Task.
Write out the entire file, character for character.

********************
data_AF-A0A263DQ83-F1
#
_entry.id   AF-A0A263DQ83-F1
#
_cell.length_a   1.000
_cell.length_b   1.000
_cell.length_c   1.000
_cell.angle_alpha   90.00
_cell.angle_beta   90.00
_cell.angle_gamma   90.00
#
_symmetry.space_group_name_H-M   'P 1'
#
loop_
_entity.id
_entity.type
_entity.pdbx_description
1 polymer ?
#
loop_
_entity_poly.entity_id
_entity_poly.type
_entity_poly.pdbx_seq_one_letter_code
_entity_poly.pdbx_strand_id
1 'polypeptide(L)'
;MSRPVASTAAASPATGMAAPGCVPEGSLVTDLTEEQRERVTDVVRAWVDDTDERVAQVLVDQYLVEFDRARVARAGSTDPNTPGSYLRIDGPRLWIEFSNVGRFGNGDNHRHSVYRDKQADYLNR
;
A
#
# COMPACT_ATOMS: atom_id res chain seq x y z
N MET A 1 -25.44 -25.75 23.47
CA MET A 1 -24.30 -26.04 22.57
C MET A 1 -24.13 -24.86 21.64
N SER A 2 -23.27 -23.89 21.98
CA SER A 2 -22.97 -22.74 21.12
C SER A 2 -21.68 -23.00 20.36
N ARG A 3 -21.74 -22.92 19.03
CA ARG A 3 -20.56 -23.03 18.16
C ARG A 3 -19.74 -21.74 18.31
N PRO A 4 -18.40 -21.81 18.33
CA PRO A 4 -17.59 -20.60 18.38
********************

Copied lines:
data_AF-A0A263DQ83-F1
#
_entry.id   AF-A0A263DQ83-F1
#
_cell.length_a   1.000
_cell.length_b   1.000
_cell.length_c   1.000
_cell.angle_alpha   90.00
_cell.angle_beta   90.00
_cell.angle_gamma   90.00
#
_symmetry.space_group_name_H-M   'P 1'
#
loop_
_entity.id
_entity.type
_entity.pdbx_description
1 polymer ?
#
loop_
_entity_poly.entity_id
_entity_poly.type
_entity_poly.pdbx_seq_one_letter_code
_entity_poly.pdbx_strand_id
1 'polypeptide(L)'
;MSRPVASTAAASPATGMAAPGCVPEGSLVTDLTEEQRERVTDVVRAWVDDTDERVAQVLVDQYLVEFDRARVARAGSTDPNTPGSYLRIDGPRLWIEFSNVGRFGNGDNHRHSVYRDKQADYLNR
;
A
#
# COMPACT_ATOMS: atom_id res chain seq x y z
N MET A 1 -25.44 -25.75 23.47
CA MET A 1 -24.30 -26.04 22.57
C MET A 1 -24.13 -24.86 21.64
N SER A 2 -23.27 -23.89 21.98
CA SER A 2 -22.97 -22.74 21.12
C SER A 2 -21.68 -23.00 20.36
N ARG A 3 -21.74 -22.92 19.03
CA ARG A 3 -20.56 -23.03 18.16
C ARG A 3 -19.74 -21.74 18.31
N PRO A 4 -18.40 -21.81 18.33
CA PRO A 4 -17.59 -20.60 18.38